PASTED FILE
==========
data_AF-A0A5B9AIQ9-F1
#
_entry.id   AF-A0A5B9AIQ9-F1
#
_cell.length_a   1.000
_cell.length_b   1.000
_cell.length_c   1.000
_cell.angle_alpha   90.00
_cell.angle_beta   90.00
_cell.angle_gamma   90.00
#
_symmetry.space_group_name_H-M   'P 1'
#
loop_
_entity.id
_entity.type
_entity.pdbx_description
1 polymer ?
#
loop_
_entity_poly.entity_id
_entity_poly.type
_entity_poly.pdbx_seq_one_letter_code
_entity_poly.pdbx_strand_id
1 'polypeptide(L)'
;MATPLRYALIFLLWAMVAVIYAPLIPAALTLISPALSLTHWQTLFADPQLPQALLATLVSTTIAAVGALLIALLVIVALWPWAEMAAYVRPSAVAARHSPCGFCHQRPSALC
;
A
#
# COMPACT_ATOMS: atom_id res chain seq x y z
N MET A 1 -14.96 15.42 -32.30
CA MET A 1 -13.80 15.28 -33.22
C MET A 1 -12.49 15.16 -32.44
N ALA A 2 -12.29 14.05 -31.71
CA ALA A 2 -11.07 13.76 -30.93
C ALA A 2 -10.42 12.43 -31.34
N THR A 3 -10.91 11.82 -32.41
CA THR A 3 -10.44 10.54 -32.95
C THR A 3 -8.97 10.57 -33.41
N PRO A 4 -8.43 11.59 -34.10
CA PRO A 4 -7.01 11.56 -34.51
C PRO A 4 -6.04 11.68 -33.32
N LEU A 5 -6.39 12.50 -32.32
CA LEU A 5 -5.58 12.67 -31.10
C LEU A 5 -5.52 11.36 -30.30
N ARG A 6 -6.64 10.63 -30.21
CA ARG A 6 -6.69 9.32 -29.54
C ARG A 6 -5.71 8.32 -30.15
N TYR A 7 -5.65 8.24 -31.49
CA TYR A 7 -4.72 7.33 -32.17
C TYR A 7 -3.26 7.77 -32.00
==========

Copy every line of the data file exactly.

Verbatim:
data_AF-A0A5B9AIQ9-F1
#
_entry.id   AF-A0A5B9AIQ9-F1
#
_cell.length_a   1.000
_cell.length_b   1.000
_cell.length_c   1.000
_cell.angle_alpha   90.00
_cell.angle_beta   90.00
_cell.angle_gamma   90.00
#
_symmetry.space_group_name_H-M   'P 1'
#
loop_
_entity.id
_entity.type
_entity.pdbx_description
1 polymer ?
#
loop_
_entity_poly.entity_id
_entity_poly.type
_entity_poly.pdbx_seq_one_letter_code
_entity_poly.pdbx_strand_id
1 'polypeptide(L)'
;MATPLRYALIFLLWAMVAVIYAPLIPAALTLISPALSLTHWQTLFADPQLPQALLATLVSTTIAAVGALLIALLVIVALWPWAEMAAYVRPSAVAARHSPCGFCHQRPSALC
;
A
#
# COMPACT_ATOMS: atom_id res chain seq x y z
N MET A 1 -14.96 15.42 -32.30
CA MET A 1 -13.80 15.28 -33.22
C MET A 1 -12.49 15.16 -32.44
N ALA A 2 -12.29 14.05 -31.71
CA ALA A 2 -11.07 13.76 -30.93
C ALA A 2 -10.42 12.43 -31.34
N THR A 3 -10.91 11.82 -32.41
CA THR A 3 -10.44 10.54 -32.95
C THR A 3 -8.97 10.57 -33.41
N PRO A 4 -8.43 11.59 -34.10
CA PRO A 4 -7.01 11.56 -34.51
C PRO A 4 -6.04 11.68 -33.32
N LEU A 5 -6.39 12.50 -32.32
CA LEU A 5 -5.58 12.67 -31.10
C LEU A 5 -5.52 11.36 -30.30
N ARG A 6 -6.64 10.63 -30.21
CA ARG A 6 -6.69 9.32 -29.54
C ARG A 6 -5.71 8.32 -30.15
N TYR A 7 -5.65 8.24 -31.49
CA TYR A 7 -4.72 7.33 -32.17
C TYR A 7 -3.26 7.77 -32.00